In celebration of Hispanic Heritage Month, which takes place Sept. 15 – Oct. 15, USTA Florida is recognizing members of Florida’s rich Hispanic community whose talents and dedication help to grow the great game of tennis every day — at every level. We applaud them all for making tennis a better and more inclusive sport, and for making the face of our game more accurately reflect the dynamic diversity of our country.
Ismael Rosales, originally from Caracas, Venezuela, is currently the Adult Tennis Director at Midtown Athletic Club and is making a positive impact within the USTA Florida tennis space.
Ismael’s Tennis Journey
Growing up with older siblings, Rosales spent a lot of time watching his sisters practice their sport. That sport happened to be tennis, which has shaped his life immensely.
He first got involved when he was 11 years old. His sisters had finally introduced their coach to Ismael and he started lessons to see if he liked to play. After a few classes, he fell in love with the sport and started to compete in the junior scene that Venezuela had.
After competing through his junior years, Rosales moved to America in 1984, where he received a tennis scholarship to play in New Mexico. The move was extremely hard for Rosales as he was leaving behind his family and coach, who was one of his best friends. “My coach was one of my closest friends, so I made sure that we stayed in touch.”
Rosales would play for a couple of years before wrapping up that chapter of his career and moving into a different role within tennis. He moved to Hollywood, Florida for 10 years and applied for a job to be the Head Pro at a tennis facility in the city.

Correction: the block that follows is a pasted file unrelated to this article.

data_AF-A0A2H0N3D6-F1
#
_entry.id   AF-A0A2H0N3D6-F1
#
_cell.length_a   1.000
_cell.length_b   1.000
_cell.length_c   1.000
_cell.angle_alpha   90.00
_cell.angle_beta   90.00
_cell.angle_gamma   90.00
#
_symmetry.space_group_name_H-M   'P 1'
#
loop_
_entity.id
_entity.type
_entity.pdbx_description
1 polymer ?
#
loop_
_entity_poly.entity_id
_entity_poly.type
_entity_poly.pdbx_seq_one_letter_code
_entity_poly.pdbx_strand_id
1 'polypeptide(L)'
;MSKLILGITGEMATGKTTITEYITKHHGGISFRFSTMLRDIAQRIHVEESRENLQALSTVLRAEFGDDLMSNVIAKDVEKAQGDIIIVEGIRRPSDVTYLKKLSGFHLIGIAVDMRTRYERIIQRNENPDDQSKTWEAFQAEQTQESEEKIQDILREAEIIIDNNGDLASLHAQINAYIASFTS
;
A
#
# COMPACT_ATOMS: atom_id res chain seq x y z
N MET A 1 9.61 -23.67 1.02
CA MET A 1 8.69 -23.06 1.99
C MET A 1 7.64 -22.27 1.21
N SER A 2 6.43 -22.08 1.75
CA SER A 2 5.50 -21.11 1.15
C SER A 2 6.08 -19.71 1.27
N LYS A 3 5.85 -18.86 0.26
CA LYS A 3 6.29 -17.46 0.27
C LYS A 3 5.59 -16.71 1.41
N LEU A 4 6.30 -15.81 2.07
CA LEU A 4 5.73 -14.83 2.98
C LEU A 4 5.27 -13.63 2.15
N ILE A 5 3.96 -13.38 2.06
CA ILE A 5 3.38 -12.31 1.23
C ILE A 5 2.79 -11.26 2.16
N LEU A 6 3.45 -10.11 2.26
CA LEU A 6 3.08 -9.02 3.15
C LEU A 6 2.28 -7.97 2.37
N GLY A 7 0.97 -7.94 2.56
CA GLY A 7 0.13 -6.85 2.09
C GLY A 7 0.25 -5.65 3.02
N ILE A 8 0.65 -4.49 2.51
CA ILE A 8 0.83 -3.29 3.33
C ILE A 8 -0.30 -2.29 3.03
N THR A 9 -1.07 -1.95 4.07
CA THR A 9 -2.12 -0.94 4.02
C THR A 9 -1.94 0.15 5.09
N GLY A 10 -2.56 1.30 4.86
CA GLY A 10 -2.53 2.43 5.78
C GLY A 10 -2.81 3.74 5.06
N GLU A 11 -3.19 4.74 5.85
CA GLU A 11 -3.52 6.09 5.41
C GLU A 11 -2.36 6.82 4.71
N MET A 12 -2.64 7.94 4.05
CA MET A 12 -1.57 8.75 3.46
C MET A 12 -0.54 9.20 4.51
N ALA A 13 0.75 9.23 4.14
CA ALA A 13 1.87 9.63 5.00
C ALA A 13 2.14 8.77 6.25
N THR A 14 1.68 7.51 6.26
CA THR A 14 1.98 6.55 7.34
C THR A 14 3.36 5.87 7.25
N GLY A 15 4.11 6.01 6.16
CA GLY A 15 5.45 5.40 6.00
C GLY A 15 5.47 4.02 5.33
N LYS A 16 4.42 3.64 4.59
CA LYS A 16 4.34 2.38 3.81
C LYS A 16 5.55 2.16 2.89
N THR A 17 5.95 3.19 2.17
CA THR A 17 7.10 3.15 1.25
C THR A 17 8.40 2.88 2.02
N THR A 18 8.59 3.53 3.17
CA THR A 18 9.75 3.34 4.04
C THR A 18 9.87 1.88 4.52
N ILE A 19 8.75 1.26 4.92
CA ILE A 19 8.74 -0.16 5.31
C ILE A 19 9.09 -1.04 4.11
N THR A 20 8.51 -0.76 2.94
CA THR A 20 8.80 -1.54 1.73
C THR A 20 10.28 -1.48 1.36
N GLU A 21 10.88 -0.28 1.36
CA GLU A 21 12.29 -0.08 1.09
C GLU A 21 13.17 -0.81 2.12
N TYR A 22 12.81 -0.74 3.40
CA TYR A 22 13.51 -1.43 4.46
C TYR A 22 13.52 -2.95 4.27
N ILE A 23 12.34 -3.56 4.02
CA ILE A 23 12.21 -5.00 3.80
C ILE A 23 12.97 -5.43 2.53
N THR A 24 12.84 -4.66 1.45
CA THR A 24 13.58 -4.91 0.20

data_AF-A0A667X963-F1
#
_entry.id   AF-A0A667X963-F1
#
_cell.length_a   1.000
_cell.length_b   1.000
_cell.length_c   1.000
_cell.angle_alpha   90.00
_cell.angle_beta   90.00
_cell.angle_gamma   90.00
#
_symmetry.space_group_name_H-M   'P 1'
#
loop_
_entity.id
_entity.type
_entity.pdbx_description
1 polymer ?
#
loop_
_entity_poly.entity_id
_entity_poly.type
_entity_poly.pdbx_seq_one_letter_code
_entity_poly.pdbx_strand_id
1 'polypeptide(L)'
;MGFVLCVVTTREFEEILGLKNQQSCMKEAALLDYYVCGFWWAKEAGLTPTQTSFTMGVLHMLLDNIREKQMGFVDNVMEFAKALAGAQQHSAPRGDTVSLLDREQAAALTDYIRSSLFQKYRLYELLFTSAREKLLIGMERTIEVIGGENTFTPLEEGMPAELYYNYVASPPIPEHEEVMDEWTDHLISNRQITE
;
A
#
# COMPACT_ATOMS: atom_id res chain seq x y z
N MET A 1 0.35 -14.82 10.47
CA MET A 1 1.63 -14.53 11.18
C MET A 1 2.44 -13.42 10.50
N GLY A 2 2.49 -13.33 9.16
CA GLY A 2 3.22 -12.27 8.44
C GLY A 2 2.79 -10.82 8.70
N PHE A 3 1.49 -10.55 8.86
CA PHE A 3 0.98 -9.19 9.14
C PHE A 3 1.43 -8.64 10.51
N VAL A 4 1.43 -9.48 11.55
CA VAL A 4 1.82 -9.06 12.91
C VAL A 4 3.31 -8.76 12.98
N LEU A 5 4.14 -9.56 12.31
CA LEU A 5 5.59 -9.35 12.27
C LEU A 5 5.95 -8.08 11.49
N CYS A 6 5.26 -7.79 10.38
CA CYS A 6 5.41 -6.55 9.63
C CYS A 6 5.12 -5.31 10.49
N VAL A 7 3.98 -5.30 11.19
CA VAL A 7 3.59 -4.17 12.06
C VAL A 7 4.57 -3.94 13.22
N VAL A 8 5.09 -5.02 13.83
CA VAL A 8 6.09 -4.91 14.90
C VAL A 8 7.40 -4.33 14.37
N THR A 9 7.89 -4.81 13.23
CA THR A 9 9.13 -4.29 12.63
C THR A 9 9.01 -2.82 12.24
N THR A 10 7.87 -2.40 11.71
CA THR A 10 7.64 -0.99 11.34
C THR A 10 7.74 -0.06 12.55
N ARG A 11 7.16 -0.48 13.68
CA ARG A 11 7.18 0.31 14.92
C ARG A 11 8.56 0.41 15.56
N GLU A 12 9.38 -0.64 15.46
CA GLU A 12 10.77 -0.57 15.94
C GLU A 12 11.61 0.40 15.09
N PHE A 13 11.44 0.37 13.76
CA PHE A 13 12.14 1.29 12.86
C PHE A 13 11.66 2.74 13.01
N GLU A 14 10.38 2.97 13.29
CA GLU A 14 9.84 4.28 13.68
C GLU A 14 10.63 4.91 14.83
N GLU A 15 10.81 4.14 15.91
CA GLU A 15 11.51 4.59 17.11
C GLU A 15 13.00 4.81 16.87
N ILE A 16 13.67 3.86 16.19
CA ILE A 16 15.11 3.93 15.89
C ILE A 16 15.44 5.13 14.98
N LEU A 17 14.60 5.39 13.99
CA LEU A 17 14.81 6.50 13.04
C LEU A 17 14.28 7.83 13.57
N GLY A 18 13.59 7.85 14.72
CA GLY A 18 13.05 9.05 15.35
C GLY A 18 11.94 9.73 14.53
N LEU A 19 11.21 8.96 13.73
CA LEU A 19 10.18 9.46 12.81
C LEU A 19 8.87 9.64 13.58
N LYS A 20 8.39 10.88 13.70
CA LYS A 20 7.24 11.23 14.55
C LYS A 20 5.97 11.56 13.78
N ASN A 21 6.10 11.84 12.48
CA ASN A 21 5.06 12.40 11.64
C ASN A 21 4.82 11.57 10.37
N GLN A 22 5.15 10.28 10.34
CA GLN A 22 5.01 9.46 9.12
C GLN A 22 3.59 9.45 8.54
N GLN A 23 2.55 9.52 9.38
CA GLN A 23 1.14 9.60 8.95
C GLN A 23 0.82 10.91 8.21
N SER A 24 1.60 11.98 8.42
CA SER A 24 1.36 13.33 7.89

He finds even more joy teaching the sport than he did playing it. “What I do changes a lot of lives. People have problems in their life like with health and family, but when they come up to the court and take lessons with me, they are able to put things aside and feel a lot better,” he explained.
Ismael’s tennis clinics give people that hour distraction from their life where they can just be healthy and enjoy tennis. “After our lessons they have more energy to face the day-by-day problems they have,” Rosales said. “I love to help people, so that’s why I do it.”
Now, Ismael is the Director of Adult Tennis at Midtown, a facility where many League teams who have won Sectional Championships train out of. Here, he organizes adult tennis play for his club and ensures that everyone is having a fun time.
He also has a massive focus on family, especially his two sons, who both have fallen in love with tennis. “I just dropped off one son at college in in Dallas two days ago and my other son is 13-years-old and he really loves tennis.” Ismael loves to talk about his children, and you could see his eyes light up as he talked about their accomplishments in the sport. “I would love to stay with tennis the rest of my life and have my family really, really stick with it.”
Why It’s Important to Celebrate Hispanic Heritage Month
Ismael believes it is very important to celebrate Hispanic Heritage Month because many people don’t realize how tough living situations are outside of America.
“In Venezuela, there were a lot of people that were victims of (crime) in Venezuela, so a lot of people started moving to America,” Rosales said. He added that many of his friends and people he knew from the country started to come over to America as it gave them an opportunity to thrive.
Even though he’s in America, Rosales finds time to go back to Venezuela to give back to his community. “There are kids with not that much money to spend on tennis, so we did lessons for free,” he recalled. “We gave out some rackets, balls, clothing for them to play with.”
Rosales tries his best to make sure that everyone in his hometown can live a good life and can enjoy the game of tennis, much like he was able to do during his childhood.